Nothing but the best is good enough. As club mottos go, Everton Football Club have one of the most famous and assertive in the Premier League.
And it was ringing in the ears of all Evertonians at the start of the 2017/18 Premier League season, when there was much optimism in the blue half of Merseyside as many fans thought this was their opportunity to turn the ‘Big 6’ into the the ‘Big 7’. Despite losing top scorer Romelu Lukaku to Manchester United, they received a hefty chunk of money and invested in what appeared to be players of the highest quality. Finally, this was their chance to fulfil the club’s potential.Embed from Getty Images
However, this has been one of the club’s most disappointing seasons in recent years. Ronald Koeman’s last few months in charge of Everton gave the impression of a man who had little care for the club. David Unsworth, his temporary replacement, clearly did have the love and passion required, but could not steer the sinking Everton ship towards safety. By the time Sam Allardyce was appointed at the end of November, Everton were languishing in the bottom half of the table, finding themselves in a potential relegation dogfight.
Big Sam, a popular member of the Premier League’s managerial merry-go-round, sparked a mini revival, picking up 11 points from his first 5 games and as the club moved toward the top half. Nevertheless, despite climbing the table, a series of abject away performances have rendered his position untenable. His negative tactics, neglect of Everton’s youth players and flippant media comments have turned many fans against him.
It is plausible that Everton could well finish 7th come the end of May, matching what they achieved last season. Qualification for the Europa League, after the start they had, would be a respectable finish and not a disaster. However, the aim was to attempt to bridge the gap between themselves and the ‘Big 6’, not extend it further. Their recent capitulations away at Spurs and Arsenal show how far they have fallen, and how much the gap has widened.Embed from Getty Images
Sam Allardyce has achieved the minimum required of him as Everton will secure a top-half finish. His record of never being relegated is admirable, but he is not a manager suited for a club like Everton. The fans demand 100% commitment and decent performances week-in, week-out. Too many times this team has been found wanting.
Sam Allardyce cannot cop all of the blame for Everton’s demise this season. Steve Walsh, the Director of Football, is the man in charge of transfer activity at Everton. As chief scout at Leicester City, he was the man responsible for bringing Jamie Vardy, Riyad Mahrez and N’Golo Kante to the Foxes – proof of his ability to pluck future superstars from footballing obscurity.Embed from Getty Images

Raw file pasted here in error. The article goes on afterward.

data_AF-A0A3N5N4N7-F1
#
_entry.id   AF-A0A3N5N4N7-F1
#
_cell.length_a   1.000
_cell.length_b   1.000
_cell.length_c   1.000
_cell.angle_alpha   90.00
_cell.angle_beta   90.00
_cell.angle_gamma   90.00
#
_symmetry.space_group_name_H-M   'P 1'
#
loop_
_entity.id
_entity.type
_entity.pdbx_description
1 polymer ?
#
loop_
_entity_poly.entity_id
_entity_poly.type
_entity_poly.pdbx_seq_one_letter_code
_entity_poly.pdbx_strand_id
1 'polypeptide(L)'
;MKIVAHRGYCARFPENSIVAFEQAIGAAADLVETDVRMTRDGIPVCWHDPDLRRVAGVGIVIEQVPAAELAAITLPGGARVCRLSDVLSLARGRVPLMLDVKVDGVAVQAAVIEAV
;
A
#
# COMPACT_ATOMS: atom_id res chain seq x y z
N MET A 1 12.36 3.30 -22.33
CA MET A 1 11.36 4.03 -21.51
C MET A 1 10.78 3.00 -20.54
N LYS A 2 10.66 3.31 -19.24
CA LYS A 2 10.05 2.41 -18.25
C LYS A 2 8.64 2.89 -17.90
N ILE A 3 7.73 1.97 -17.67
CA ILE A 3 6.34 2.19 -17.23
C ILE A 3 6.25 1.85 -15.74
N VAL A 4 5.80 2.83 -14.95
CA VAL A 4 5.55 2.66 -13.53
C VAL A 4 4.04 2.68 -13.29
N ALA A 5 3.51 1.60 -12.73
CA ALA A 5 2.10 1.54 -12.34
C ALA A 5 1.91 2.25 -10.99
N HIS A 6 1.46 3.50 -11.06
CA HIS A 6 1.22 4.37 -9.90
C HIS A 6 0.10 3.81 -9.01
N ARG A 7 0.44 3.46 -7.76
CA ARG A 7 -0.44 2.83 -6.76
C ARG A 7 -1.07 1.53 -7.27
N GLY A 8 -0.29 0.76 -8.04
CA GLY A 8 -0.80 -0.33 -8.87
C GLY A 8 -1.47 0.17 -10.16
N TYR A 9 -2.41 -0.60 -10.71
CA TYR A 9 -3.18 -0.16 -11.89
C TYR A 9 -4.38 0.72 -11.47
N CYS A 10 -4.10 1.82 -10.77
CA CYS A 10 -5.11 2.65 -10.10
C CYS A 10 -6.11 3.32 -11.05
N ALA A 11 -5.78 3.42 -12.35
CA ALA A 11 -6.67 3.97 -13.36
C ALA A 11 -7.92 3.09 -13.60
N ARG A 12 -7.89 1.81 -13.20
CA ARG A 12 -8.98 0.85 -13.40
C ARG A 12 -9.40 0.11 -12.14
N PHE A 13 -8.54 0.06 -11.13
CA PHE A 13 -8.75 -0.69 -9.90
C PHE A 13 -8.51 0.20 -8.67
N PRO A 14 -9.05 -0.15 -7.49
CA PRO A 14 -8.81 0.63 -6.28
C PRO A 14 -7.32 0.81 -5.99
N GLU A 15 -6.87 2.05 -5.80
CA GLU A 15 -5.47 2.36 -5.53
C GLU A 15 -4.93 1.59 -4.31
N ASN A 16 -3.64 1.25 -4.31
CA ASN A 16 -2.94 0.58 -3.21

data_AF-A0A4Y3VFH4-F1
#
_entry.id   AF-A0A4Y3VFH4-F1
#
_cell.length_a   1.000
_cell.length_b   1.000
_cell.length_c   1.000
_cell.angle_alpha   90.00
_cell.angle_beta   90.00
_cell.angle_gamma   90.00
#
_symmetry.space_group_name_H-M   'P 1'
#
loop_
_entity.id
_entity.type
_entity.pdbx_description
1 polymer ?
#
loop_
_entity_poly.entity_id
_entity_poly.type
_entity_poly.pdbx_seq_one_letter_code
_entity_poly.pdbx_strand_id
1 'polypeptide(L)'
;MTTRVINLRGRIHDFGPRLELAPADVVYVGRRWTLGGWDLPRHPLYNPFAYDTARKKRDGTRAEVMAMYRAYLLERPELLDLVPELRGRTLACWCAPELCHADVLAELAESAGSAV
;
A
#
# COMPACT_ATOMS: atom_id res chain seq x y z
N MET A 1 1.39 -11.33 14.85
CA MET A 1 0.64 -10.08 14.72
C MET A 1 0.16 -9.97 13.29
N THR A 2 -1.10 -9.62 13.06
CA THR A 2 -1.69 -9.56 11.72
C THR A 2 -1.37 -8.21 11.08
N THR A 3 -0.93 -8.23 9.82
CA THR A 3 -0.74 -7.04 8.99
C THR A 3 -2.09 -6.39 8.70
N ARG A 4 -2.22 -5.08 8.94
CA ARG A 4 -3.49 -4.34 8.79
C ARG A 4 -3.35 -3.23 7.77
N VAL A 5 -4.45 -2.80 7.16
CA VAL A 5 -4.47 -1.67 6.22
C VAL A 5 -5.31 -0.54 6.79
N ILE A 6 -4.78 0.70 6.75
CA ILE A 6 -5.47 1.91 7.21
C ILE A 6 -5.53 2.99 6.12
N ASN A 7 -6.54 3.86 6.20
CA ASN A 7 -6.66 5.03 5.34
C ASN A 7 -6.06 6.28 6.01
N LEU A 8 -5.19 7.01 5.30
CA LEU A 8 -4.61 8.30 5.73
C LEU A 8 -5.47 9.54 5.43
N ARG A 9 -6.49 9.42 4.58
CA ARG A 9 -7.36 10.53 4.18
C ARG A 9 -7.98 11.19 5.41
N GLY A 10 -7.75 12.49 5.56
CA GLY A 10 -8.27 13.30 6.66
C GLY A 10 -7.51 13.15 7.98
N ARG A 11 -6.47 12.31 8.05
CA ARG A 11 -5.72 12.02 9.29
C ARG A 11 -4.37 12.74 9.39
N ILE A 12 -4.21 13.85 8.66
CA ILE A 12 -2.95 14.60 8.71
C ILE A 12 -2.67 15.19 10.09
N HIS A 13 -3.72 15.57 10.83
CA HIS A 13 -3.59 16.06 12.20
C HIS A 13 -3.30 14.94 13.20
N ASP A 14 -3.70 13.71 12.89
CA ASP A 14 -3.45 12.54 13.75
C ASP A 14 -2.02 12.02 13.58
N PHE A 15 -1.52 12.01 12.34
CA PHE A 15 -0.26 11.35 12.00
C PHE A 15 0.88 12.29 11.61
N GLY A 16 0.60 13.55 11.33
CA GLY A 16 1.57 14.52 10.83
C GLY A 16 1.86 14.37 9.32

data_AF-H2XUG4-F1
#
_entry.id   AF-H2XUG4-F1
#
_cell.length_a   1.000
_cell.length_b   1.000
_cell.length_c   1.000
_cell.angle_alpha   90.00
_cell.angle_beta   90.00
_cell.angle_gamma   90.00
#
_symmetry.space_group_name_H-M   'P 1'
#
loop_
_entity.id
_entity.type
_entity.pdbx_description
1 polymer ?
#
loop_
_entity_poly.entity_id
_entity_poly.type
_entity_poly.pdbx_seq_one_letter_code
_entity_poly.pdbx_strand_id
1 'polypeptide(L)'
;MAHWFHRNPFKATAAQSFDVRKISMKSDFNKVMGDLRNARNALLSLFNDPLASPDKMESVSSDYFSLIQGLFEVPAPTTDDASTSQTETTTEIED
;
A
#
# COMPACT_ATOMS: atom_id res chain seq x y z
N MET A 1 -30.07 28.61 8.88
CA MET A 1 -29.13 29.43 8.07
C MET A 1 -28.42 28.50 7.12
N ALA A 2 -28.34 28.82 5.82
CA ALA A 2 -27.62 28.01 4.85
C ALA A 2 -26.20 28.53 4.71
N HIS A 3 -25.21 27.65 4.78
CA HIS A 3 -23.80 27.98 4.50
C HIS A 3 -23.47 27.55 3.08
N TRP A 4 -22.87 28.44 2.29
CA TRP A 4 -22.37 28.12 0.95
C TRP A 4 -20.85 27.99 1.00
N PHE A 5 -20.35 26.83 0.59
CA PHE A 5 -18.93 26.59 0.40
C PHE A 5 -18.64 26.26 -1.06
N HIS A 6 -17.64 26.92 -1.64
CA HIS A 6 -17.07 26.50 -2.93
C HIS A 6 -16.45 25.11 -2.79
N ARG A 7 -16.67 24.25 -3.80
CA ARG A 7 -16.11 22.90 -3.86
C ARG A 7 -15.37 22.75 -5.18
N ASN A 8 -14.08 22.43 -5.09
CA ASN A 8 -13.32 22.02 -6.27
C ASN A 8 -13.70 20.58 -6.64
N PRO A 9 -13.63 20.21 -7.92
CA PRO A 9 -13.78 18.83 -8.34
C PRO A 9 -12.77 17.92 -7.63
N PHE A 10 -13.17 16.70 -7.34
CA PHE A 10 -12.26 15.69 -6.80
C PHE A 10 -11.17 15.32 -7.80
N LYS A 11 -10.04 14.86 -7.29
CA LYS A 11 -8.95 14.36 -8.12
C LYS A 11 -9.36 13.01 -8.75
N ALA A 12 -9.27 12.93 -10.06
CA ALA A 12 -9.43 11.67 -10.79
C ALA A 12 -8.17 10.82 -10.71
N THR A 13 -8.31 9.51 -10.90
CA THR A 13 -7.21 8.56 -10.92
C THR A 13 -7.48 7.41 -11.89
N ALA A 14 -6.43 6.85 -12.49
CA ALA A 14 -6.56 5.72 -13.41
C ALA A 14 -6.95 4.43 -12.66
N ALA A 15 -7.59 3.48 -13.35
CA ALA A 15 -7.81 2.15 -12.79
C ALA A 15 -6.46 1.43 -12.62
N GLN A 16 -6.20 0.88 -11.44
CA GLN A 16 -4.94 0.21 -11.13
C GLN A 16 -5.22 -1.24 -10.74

However, as Director of Football at Everton, many of his big money signings have flopped. Davy Klaasen, former captain of an exciting Ajax team, has been on the periphery all year. Michael Keane looks a shadow of his former self and only recently has Gylfi Sigurdsson started to find his feet. The less said about Cuco Martina, the better. The failure to buy a striker in the summer, whilst not thinking to replace the dreadful Martina in January, highlights the unequivocal inadequacy of Steve Walsh as a Director of Football.
Everton fans have been calling for the likes of Marco Silva or Shakhtar Donestk boss Paulo Fonseca. Both would be a massive improvement on any of their recent managers. A young manager who has an attacking philosophy, which has been deployed with significant success, is exactly what Evertonians have been calling out for. The fans probably know that a few tweaks to how the club is run could lead to a very exciting period for Everton.
As a Liverpool fan, it pains me to say that Everton probably have the best bunch of youth players in the country – something that Allardyce isn’t fully utilising. With a new stadium on the horizon, a new manager who replaces the dead wood within the squad, whilst allowing Everton’s youngsters to realise their potential, is the remedy to the club’s problems.
Whoever it is that leads Everton into next season, one thing for certain is that it cannot be Allardyce. If Bill Kenwright and Farhad Moshiri allow him to keep his job, they clearly do not believe that nothing but the best is good enough.
Written by Dan Walker.